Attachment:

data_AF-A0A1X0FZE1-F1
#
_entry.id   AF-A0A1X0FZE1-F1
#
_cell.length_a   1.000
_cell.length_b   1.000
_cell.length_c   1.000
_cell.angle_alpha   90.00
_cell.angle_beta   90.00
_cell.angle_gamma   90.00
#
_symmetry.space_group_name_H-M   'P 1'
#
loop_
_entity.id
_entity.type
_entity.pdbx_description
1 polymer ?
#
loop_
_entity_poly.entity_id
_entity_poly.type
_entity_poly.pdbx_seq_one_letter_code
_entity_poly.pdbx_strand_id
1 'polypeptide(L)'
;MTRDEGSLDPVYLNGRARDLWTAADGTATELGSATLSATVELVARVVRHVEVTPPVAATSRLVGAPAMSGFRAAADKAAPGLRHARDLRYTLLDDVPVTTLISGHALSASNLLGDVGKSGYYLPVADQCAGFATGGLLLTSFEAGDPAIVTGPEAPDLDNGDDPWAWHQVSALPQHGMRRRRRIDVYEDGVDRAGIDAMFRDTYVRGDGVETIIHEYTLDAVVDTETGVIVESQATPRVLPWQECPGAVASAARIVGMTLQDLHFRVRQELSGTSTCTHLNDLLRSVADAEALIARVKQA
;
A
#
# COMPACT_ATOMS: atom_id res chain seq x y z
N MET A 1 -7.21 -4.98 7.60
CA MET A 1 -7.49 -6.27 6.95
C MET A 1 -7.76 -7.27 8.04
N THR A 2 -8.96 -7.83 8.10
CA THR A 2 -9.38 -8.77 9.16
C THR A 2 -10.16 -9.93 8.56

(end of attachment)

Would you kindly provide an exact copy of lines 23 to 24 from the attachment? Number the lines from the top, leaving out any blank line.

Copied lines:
_entity_poly.pdbx_seq_one_letter_code
_entity_poly.pdbx_strand_id